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LEROY ATWATER v. TERMINIX INTERNATIONAL (02/28/86)

filed: February 28, 1986.

LEROY ATWATER, SR. AND SARAH J. ATWATER, APPELLEES,
v.
TERMINIX INTERNATIONAL, INC., AND BOB YOST'S REPAIR SERVICE, INC. APPEAL OF TERMINIX INTERNATIONAL, INC.



APPEAL OF: TERMINIX INTERNATIONAL, INC., Appeal from the Order of the Court of Common Pleas of York County, Civil, at No. 82-S-1101.

COUNSEL

Michael J. Brillhart, York, for appellant.

Daniel W. Shoemaker, York, for appellees.

Rowley, Olszewski and Montemuro, JJ.

Author: Montemuro

[ 351 Pa. Super. Page 223]

On March 22, 1982, appellees filed a complaint in trespass and assumpsit against appellant, Terminix International, Incorporated. Briefly stated, appellees allegations were that, in anticipation of obtaining a mortgage and thereafter purchasing their current residence, appellant was contracted to perform a wood infestation inspection. Following the inspection, appellant allegedly prepared a report representing that the property was free of termites and/or other wood destroying insects. The bases of appellees' complaint

[ 351 Pa. Super. Page 224]

    were the claimed negligent failure of appellant to discover the property's actual infestation and appellees' alleged detrimental reliance upon appellant's representations.

Appellees' case was subsequently tried before the Honorable James E. Buckingham, of the Court of Common Pleas of York County, and a jury. On June 22, 1984, the jury returned a verdict in favor of appellees in the amount of $22,000.00 with an additional award of $2,050.00 representing the value of appellees' loss of the use of their property. In response to appellant's motion for post-trial relief, the court below filed an opinion and order on December 4, 1984, directing the entry of judgment in appellees' favor for $22,000.00, yet remitting the loss of use award. This timely appeal followed.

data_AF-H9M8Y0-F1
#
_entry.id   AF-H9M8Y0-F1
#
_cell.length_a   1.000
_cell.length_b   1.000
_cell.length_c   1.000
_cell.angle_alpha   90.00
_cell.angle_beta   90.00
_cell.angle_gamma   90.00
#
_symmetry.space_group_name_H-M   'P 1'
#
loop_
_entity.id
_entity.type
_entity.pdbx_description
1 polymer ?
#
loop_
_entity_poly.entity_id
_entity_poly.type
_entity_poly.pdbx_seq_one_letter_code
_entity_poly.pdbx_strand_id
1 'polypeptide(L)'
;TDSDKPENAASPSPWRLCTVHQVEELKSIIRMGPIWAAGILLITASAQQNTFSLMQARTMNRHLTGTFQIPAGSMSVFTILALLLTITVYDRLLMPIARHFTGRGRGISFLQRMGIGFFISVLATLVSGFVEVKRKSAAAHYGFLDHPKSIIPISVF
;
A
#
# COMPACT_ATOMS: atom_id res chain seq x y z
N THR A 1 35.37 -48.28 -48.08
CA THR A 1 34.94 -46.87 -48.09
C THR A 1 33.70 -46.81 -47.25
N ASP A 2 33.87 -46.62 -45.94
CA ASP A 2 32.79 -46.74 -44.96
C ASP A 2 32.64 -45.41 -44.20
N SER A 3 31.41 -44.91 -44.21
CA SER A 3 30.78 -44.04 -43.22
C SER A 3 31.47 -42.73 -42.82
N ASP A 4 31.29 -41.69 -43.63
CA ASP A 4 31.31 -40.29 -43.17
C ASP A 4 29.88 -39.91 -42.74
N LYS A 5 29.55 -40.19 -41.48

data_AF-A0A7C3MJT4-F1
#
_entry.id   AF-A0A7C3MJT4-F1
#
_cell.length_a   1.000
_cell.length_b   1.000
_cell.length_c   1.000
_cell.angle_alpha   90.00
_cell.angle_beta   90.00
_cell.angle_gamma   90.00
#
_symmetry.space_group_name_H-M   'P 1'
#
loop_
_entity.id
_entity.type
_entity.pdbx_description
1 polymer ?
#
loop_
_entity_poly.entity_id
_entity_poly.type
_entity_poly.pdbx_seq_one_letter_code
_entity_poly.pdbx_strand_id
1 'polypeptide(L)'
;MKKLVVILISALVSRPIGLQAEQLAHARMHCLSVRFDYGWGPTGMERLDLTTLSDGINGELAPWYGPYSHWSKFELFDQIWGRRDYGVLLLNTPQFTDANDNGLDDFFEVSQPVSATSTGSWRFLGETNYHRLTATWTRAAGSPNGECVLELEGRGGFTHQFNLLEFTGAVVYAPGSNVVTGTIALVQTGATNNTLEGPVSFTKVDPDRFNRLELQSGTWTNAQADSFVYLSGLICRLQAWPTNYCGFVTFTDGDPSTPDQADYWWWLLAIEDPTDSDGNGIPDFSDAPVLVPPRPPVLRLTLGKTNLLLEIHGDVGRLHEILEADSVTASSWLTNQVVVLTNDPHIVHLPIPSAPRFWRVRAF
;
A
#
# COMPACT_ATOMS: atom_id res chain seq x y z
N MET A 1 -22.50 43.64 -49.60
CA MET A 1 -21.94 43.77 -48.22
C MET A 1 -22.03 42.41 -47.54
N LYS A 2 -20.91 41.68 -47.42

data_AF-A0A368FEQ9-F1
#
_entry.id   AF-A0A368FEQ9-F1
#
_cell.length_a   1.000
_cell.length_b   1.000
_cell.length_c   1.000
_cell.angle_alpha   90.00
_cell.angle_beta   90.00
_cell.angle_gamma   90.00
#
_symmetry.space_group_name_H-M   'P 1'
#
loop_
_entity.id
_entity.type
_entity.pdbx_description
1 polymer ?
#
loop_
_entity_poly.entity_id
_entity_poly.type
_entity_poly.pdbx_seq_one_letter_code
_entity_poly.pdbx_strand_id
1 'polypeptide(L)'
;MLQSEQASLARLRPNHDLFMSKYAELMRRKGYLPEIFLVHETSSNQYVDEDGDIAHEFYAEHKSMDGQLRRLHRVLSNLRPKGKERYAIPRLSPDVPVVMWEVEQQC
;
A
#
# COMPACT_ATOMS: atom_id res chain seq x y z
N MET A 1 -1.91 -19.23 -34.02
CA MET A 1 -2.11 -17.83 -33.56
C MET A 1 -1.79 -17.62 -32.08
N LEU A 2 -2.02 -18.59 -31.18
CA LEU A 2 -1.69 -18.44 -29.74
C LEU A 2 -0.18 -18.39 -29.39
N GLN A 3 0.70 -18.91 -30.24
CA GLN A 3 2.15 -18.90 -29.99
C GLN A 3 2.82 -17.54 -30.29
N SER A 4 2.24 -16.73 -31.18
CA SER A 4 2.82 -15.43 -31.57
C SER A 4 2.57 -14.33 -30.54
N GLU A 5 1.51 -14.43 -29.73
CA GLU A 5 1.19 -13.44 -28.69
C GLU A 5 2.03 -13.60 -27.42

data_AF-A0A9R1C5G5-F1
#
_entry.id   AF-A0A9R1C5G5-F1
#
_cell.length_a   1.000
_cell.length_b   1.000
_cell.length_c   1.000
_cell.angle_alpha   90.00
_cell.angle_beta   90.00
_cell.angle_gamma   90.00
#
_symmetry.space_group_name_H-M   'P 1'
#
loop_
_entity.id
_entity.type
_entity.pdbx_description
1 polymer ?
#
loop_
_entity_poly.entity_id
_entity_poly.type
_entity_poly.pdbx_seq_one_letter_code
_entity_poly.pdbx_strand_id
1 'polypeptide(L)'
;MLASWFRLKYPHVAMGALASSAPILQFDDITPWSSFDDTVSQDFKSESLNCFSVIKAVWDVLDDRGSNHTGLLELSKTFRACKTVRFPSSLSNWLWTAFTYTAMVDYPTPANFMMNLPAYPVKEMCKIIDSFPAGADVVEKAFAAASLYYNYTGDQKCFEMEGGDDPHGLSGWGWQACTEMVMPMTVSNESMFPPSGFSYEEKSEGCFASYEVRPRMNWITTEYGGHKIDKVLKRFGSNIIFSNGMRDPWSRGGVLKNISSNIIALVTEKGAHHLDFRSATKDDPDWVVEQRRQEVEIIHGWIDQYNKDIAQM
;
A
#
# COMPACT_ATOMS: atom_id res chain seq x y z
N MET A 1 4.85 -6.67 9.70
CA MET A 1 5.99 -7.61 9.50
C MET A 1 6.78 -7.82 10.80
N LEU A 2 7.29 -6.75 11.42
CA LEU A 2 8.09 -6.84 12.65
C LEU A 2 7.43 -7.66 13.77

Appellant instantly frames five issues for our consideration and we shall address each ad seriatim.

Appellant first argues that the jury erred in assessing damages in the amount of $22,000.00 in that the evidence adduced at trial was inadequate to support such a verdict. We disagree. Appellant specifically contends that appellees' recovery should have been limited to compensation for only those damages that were demonstrated by direct, non-circumstantial evidence.

At trial, appellees presented the expert testimony of John Roth, a building contractor, with regard to the cost of repairing the damage to appellees' home.*fn1 Based on his inspection of the damage, Roth offered an itemized estimate of $2,950.00. This estimate took into account only the readily ascertainable extent of damage, i.e., that damage which was discoverable without "tearing things apart." N.T. June 21 and 22, 1984, at 234. However, Roth also offered a second estimate of $22,000.00 as the cost of repair. Roth testified that ...


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